“Because I’ve been helping an ill family member since graduating college in 2011, I’ve taken on part-time and freelance work, but I’m now eager to commit myself fully to full-time work.”

That’s it. No need to get into the details of the explanation, just the category (“helping an ill family member”).

{ 146 comments… read them below }

  1. Aam Admi*

    #2 – ‘Scents’ are banned at our medical centre. I am fully in favour of this ban as they trigger my migraines. Funnily though, some strong scents (specific Asian Balms) actually cure my migraines better than prescription medication and I use those Balms when I am at home.

  2. Jeanne*

    #2, if you already know that these oils have a strong smell, it’s pretty rude to use them at work. You know some people could have allergies. You know some people could just think they’re disgusting. You know they can be smelled quite far from your desk. How would you feel if someone came in drenched in cheap perfume and it gave you a headache? That is probably how some feel about your oils. If you have minor headaches, use some imagery or breathing or a short walk away from your desk. If you have major headaches that often, please see a doctor.

    1. Purple Dragon*

      I’m one of the people who gets migraines from some essential oils (one called Stress in particular). It’s a fairly common reaction to get headaches/migraines from essential oils.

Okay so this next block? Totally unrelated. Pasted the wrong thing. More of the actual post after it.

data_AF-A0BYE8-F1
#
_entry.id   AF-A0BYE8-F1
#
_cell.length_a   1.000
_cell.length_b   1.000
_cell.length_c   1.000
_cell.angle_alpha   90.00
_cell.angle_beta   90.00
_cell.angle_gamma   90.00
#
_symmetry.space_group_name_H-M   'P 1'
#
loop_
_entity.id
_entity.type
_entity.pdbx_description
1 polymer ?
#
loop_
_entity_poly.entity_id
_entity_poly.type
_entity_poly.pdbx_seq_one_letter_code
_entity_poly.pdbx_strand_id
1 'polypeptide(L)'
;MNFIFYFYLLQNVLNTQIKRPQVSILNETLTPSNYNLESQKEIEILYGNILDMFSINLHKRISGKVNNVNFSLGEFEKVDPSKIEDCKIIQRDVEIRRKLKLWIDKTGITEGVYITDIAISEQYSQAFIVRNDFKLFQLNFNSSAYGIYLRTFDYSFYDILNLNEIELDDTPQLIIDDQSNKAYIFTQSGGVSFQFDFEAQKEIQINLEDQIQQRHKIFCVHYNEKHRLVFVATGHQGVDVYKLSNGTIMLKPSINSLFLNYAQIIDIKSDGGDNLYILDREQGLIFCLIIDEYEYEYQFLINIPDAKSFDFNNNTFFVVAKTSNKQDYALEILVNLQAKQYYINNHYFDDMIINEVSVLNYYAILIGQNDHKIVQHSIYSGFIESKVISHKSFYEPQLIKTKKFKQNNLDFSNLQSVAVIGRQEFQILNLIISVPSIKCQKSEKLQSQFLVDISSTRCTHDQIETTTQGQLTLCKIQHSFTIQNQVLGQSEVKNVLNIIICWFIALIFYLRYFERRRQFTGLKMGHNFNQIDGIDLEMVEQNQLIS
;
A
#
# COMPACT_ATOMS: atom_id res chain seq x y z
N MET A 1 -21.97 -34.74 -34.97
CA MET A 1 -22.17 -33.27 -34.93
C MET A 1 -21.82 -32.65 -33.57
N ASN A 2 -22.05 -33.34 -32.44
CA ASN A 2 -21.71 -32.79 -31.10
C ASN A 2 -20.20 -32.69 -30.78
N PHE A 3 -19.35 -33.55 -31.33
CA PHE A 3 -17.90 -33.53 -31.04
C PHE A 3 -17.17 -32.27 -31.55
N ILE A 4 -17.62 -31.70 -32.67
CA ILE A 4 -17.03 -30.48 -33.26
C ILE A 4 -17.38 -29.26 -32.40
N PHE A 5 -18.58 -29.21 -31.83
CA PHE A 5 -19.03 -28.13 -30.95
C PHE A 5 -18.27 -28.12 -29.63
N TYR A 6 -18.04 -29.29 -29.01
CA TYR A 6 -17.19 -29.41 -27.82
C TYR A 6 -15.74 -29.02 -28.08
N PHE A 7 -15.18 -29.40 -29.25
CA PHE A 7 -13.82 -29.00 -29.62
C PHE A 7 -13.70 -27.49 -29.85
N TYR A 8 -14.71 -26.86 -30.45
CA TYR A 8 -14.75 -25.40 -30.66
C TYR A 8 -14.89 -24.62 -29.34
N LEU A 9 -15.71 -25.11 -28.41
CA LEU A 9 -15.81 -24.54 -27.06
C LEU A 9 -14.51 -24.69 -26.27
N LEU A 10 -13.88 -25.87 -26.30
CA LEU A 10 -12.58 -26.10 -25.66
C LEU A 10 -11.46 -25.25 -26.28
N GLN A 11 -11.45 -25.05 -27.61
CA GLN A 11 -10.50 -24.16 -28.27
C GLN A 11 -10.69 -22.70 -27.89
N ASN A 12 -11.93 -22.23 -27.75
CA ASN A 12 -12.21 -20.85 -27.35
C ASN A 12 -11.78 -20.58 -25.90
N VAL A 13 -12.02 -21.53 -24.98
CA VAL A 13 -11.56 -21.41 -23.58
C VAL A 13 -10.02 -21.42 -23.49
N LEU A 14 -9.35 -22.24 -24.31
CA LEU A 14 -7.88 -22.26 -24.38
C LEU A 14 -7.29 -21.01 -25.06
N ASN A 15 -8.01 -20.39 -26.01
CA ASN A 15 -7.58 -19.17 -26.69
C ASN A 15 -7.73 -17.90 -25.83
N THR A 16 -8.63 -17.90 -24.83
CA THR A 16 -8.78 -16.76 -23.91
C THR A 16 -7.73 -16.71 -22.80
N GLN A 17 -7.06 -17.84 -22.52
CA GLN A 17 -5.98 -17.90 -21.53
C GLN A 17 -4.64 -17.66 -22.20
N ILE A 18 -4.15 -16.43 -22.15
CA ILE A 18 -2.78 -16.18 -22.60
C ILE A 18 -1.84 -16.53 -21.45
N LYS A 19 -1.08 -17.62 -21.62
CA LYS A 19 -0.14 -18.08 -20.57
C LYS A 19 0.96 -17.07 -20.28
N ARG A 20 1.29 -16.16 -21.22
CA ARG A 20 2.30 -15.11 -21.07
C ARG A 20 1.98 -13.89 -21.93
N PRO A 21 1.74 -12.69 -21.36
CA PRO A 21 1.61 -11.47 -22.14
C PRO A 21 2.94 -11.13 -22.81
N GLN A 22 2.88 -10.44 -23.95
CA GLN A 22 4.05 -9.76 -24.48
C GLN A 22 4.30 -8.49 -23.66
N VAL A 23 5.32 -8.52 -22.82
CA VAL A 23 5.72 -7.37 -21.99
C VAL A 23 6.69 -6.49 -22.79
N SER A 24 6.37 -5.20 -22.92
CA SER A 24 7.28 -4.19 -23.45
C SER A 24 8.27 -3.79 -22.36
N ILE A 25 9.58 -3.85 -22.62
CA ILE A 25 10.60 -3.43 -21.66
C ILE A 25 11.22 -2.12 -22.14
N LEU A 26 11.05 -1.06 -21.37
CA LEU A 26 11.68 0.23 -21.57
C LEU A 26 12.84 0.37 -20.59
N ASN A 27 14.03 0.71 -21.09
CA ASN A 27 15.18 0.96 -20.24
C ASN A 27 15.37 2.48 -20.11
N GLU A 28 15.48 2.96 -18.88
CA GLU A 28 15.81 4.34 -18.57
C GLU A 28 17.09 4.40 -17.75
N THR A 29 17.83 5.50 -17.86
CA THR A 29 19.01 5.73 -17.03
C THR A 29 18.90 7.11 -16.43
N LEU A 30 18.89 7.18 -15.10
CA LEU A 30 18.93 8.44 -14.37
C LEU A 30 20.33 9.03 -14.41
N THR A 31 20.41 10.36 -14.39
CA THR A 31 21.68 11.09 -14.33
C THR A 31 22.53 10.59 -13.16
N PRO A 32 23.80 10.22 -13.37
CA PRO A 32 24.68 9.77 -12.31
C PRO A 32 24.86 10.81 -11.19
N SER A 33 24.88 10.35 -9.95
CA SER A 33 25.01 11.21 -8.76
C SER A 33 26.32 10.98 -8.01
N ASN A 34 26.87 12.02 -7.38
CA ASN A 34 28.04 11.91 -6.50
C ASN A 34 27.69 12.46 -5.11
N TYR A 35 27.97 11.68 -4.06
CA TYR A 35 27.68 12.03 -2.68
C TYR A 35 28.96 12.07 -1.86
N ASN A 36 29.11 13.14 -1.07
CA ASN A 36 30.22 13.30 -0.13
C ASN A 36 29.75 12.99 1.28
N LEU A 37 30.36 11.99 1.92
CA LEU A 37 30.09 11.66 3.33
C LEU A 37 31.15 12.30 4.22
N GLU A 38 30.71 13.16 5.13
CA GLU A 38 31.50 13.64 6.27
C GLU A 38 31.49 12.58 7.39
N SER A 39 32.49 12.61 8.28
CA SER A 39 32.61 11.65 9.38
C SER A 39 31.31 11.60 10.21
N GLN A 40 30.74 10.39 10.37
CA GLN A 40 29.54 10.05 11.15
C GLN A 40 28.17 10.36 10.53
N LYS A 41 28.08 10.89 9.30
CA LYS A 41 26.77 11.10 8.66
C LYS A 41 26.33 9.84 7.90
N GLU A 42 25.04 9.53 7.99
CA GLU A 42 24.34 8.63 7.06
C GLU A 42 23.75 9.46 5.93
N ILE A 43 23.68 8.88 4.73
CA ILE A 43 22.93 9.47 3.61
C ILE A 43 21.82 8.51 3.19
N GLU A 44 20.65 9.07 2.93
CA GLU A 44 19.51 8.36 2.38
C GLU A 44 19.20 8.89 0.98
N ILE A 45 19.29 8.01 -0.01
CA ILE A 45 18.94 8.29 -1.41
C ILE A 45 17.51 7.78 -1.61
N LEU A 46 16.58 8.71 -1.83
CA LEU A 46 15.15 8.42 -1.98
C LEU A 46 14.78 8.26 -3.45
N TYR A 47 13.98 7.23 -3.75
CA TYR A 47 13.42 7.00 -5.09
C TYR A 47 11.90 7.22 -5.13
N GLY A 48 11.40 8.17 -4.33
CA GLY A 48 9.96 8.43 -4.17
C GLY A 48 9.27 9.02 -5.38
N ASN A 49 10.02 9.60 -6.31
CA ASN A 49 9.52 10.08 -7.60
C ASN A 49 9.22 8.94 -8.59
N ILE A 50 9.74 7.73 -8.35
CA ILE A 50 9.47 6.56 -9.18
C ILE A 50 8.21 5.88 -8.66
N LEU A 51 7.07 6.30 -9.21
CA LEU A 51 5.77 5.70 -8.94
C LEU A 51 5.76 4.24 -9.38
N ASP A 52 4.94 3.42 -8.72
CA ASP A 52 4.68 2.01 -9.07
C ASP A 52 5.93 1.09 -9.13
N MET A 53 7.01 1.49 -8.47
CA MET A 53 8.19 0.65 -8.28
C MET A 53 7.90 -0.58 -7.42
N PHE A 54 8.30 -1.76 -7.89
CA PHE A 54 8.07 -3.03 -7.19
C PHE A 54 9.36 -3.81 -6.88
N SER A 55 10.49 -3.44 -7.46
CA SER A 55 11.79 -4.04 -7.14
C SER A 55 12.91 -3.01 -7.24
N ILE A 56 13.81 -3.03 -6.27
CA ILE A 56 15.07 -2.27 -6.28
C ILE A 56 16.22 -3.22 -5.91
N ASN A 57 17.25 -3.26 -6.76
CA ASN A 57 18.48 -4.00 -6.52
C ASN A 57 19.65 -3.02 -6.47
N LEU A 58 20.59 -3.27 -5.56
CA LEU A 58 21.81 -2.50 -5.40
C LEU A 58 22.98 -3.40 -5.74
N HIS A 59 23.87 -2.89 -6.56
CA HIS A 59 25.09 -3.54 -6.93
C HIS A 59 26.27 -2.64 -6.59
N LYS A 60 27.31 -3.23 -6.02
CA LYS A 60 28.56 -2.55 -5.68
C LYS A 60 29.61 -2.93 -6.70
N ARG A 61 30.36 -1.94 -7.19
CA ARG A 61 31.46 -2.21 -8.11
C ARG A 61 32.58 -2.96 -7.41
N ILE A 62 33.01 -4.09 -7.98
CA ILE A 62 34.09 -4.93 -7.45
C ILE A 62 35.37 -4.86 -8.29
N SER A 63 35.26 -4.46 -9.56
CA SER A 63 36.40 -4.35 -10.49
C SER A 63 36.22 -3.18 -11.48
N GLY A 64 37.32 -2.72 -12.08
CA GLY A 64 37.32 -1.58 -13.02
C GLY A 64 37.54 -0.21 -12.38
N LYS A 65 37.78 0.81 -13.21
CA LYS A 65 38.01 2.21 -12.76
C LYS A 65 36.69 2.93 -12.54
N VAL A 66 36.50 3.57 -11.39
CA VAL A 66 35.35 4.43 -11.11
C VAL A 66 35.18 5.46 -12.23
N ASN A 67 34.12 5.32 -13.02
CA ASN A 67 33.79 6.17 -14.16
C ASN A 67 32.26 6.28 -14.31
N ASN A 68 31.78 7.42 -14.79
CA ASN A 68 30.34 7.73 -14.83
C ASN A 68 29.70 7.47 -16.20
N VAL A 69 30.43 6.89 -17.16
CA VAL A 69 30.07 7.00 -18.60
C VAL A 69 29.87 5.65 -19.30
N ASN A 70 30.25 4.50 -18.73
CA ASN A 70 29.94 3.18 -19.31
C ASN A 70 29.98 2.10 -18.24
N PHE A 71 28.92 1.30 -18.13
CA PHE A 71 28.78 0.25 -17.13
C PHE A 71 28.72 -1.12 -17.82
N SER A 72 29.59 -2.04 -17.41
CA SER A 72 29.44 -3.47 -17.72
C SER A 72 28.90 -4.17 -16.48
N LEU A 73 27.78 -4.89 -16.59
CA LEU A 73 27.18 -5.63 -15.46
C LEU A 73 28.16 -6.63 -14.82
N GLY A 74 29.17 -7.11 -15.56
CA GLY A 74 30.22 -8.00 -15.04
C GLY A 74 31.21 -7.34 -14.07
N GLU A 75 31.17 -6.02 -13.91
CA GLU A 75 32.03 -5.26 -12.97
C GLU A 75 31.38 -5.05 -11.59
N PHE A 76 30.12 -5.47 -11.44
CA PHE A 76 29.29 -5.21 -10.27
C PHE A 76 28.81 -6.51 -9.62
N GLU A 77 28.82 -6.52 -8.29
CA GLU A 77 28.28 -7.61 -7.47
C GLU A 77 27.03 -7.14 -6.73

Maybe the only reason the Admin hasn’t said something stronger is because she is new ? In our office someone would have complained to HR already (probably me).

      Try other things instead – I like Jeanne’s suggestions, especially about getting it checked with a doctor.

        1. Purple Dragon*

          Hi Jen, it really does Depend on the person/situation. If I knew them I’d probably talk to them directly. If they were someone new and depending on the department they were in it could have political type ramifications. A couple of years ago it would never have crossed my mind to go to HR, but people have had perfectly reasonable requests (such as “please don’t whistle in the office as it’s distracting and the customers on the phone can hear”) blow up in peoples faces and they’ve ended up being hauled into HR themselves. There was even an instance where someone asked a person in another department to do something (that was their job) and because the request interrupted her from updating Facebook she complained and the requester was told she could only email her. FB status updates is not part of anyone’s job.

          It’s become a bit of a land mine to say anything. I’m hoping with the change in Operations Manager things will go back to being reasonable and sane :)